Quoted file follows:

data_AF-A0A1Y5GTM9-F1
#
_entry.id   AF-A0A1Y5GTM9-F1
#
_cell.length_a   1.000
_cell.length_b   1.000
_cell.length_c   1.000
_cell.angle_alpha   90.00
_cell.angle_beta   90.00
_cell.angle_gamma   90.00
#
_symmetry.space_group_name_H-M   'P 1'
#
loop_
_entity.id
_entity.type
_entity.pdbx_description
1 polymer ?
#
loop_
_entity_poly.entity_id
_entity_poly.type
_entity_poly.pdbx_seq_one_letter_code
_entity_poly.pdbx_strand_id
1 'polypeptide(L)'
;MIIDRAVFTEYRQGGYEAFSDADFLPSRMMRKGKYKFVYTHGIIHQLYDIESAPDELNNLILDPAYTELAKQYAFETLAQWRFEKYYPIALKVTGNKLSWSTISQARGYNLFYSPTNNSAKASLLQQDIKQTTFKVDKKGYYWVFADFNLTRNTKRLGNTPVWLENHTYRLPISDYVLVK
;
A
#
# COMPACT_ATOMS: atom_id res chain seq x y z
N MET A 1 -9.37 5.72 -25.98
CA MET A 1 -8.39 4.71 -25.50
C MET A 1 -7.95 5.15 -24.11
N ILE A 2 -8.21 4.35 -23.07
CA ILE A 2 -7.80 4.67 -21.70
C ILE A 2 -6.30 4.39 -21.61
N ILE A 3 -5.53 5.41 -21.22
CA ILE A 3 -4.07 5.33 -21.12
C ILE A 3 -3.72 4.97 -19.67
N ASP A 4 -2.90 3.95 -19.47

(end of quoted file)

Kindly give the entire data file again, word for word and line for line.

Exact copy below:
data_AF-A0A1Y5GTM9-F1
#
_entry.id   AF-A0A1Y5GTM9-F1
#
_cell.length_a   1.000
_cell.length_b   1.000
_cell.length_c   1.000
_cell.angle_alpha   90.00
_cell.angle_beta   90.00
_cell.angle_gamma   90.00
#
_symmetry.space_group_name_H-M   'P 1'
#
loop_
_entity.id
_entity.type
_entity.pdbx_description
1 polymer ?
#
loop_
_entity_poly.entity_id
_entity_poly.type
_entity_poly.pdbx_seq_one_letter_code
_entity_poly.pdbx_strand_id
1 'polypeptide(L)'
;MIIDRAVFTEYRQGGYEAFSDADFLPSRMMRKGKYKFVYTHGIIHQLYDIESAPDELNNLILDPAYTELAKQYAFETLAQWRFEKYYPIALKVTGNKLSWSTISQARGYNLFYSPTNNSAKASLLQQDIKQTTFKVDKKGYYWVFADFNLTRNTKRLGNTPVWLENHTYRLPISDYVLVK
;
A
#
# COMPACT_ATOMS: atom_id res chain seq x y z
N MET A 1 -9.37 5.72 -25.98
CA MET A 1 -8.39 4.71 -25.50
C MET A 1 -7.95 5.15 -24.11
N ILE A 2 -8.21 4.35 -23.07
CA ILE A 2 -7.80 4.67 -21.70
C ILE A 2 -6.30 4.39 -21.61
N ILE A 3 -5.53 5.41 -21.22
CA ILE A 3 -4.07 5.33 -21.12
C ILE A 3 -3.72 4.97 -19.67
N ASP A 4 -2.90 3.95 -19.47